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Zulu royals visit Buthelezi’s home to pay their respects

Close-up of Mangosuthu Buthelezi in a dark Nehru jacket speaking at a microphone.

INKOSI Mangosuthu Buthelezi.

Published Sep 12, 2023


Johannesburg - IFP leader Velenkosini Hlabisa disapproves of those who want to tarnish the memory of the late Prince Mangosuthu Buthelezi.

Buthelezi died in the early hours of Saturday at his home in KwaZulu-Natal. It had been almost two weeks since he celebrated his 95th birthday.

Amid the announcement, a number of people, including media houses, accused Buthelezi, well known as Prince of KwaPhindangene, the traditional prime minister of the Zulu monarchy and nation, and the founder of the IFP, of leaving behind a legacy marred by violence that tore through townships in the country in the late ’80s and ’90s.

Hlabisa said it was unfair that Buthelezi has been portrayed as the face of violence while the ANC remains blameless.

Hlabisa described Buthelezi as a “peacemaker”.

“The truth is the majority of people as well as stakeholders (political parties or civil groups) speak with one voice to acknowledge the role Buthelezi played in our country. Very few people are opportunistic and use this opportunity to point out Buthelezi as someone who was involved alone in violence.

“You will agree with me that the IFP was involved in violence with the ANC. I am not hearing anyone say former ANC leader Oliver Tambo or former president Nelson Mandela was a killer because it was at the time of these leaders that the two organisations got involved in black-on-black violence,” said Hlabisa.

He said a few of those people “are reckless”.

Political analyst Sakhile Hadebe, speaking in an interview with a broadcaster, said he thought that all South Africans should agree that Buthelezi was “a very complex character in nature”.

“Why am I saying this? Look at his legacy; you cannot afford to be one-dimensional when assessing his life in history. It is known that Buthelezi has been at the centre of the royal family as prime minister for a very long time; he served three kings.

“He is a founder of the IFP, and during the 1970s he was a member of the ANC Youth League. After the fallout from the ANC and IFP, he had close ties with the apartheid regime. It is interesting how he shifted from being an anti-apartheid activist to an apartheid collaborator. He is a statesman; one cannot take that away from him,” Hadebe said.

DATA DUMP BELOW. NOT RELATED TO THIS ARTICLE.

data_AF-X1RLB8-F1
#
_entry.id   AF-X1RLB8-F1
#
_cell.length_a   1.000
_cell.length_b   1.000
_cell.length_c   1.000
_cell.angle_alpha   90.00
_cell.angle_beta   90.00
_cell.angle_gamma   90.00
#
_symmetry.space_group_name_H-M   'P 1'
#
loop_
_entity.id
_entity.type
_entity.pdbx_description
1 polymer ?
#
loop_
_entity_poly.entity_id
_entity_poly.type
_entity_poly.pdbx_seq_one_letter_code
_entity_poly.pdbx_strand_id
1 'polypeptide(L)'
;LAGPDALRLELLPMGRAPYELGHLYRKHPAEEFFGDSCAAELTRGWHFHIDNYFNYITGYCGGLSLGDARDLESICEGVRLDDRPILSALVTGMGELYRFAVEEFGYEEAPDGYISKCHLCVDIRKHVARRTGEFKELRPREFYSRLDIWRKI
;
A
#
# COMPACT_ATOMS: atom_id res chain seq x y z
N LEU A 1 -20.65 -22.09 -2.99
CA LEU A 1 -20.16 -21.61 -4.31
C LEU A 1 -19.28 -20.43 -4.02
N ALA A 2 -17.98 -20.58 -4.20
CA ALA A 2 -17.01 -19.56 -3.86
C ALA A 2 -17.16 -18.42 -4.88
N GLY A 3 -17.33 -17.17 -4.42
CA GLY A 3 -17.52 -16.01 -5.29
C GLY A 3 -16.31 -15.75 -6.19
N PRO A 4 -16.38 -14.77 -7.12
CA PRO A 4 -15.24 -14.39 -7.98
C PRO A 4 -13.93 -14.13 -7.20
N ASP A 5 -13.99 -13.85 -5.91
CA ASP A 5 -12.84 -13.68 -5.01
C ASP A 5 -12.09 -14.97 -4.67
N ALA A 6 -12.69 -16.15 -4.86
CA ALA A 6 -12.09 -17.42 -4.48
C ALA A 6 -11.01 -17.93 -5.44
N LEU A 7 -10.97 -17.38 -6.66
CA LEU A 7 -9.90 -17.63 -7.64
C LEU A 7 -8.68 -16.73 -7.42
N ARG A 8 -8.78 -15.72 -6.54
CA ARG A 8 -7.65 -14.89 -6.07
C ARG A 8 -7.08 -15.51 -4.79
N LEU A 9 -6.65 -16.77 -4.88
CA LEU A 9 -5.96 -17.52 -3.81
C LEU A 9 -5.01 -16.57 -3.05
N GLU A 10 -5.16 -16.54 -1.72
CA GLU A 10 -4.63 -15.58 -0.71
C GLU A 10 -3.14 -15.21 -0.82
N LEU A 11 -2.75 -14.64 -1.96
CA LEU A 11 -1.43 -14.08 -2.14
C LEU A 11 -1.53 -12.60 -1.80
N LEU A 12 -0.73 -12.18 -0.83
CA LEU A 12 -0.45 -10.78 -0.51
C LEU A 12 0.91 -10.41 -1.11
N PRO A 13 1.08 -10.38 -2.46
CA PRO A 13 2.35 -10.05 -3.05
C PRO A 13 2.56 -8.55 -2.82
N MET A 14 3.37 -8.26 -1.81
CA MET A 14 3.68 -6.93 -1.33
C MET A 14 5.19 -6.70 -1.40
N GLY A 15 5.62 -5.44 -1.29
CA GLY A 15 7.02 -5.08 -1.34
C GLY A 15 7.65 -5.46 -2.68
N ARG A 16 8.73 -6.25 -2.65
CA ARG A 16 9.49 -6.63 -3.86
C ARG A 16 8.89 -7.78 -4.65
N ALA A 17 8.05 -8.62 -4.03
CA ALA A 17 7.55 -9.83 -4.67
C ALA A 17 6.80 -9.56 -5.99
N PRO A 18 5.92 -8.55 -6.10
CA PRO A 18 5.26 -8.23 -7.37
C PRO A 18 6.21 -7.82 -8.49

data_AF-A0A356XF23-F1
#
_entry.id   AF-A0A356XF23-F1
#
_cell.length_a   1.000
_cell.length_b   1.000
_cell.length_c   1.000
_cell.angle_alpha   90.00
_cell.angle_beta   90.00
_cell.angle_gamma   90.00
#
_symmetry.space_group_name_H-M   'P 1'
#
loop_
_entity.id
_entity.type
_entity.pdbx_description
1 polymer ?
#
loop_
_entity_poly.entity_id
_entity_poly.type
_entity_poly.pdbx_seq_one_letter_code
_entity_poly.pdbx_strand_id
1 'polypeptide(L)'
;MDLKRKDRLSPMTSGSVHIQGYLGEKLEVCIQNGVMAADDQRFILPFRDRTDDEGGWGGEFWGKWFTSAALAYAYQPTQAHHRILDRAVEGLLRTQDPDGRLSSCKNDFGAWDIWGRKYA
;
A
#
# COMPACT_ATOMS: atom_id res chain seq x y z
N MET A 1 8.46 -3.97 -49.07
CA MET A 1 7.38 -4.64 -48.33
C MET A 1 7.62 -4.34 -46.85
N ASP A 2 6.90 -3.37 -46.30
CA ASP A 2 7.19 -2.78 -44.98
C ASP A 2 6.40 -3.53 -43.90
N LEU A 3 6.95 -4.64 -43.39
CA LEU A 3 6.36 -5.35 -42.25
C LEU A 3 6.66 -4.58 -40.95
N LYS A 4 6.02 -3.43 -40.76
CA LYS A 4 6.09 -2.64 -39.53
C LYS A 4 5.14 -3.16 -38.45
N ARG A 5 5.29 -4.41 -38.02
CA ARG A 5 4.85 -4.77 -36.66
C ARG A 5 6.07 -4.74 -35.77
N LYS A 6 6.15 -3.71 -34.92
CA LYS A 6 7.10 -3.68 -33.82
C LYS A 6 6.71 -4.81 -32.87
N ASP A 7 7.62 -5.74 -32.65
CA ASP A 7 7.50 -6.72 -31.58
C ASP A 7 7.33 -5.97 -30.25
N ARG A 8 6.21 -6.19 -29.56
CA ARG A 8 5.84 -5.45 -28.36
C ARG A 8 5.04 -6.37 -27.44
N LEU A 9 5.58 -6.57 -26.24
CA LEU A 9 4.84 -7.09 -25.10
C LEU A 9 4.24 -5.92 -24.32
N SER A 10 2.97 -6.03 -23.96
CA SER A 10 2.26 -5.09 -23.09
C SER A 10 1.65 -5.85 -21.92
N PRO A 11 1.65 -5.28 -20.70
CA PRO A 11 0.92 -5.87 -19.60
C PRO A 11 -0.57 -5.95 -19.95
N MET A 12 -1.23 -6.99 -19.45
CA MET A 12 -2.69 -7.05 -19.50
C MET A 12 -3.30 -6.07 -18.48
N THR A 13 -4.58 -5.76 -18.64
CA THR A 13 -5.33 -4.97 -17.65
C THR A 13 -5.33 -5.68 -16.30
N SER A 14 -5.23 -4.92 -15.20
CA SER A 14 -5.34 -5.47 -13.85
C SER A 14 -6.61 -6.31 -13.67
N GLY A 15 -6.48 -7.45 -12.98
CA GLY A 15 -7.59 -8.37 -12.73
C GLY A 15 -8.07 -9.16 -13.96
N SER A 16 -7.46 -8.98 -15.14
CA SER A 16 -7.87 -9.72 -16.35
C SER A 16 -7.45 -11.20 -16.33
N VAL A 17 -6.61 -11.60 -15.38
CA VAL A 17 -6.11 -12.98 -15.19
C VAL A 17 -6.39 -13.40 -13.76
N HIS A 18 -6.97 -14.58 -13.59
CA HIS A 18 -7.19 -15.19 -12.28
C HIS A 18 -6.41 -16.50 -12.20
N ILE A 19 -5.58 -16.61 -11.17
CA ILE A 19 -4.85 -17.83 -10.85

Meanwhile, senior members of the AmaZulu Royal Family visited the home of Buthelezi on behalf of King Misuzulu kaZwelithini. The week of mourning officially began yesterday, after the government announced that Buthelezi would be buried this Friday.

Because of customs and tradition, King Misuzulu kaZwelithini will not attend the funeral service.

Those who visited to pay tribute were the wives of the late King Zwelithini, his siblings, King Misuzulu’s siblings, those who contested who should be on the throne, and those who supported Prince Simakade.

IFP secretary-general Siphosethu Ngcobo said it meant a lot that members of the royal family came in numbers to pay respects to Buthelezi.

“For the royal family to come to his home to mourn and try to calm everybody, to us, it has been a very big moment. We had some exchanges with the princes in particular, and we hope from here we will be able to move forward,” said Ngcobo.

He said he believed that Buthelezi’s death would be a catalyst to try to solve a number of things, not only in the royal family, “but in the party and everybody else”.

Ngcobo said the memorial service would take place on Wednesday at the Prince Mangosuthu Buthelezi Stadium. The stadium will accommodate thousands of mourners, including family, regiments, amatshitshi (maidens), tourists, “politicians and more” and the funeral would take place on Friday.

The Star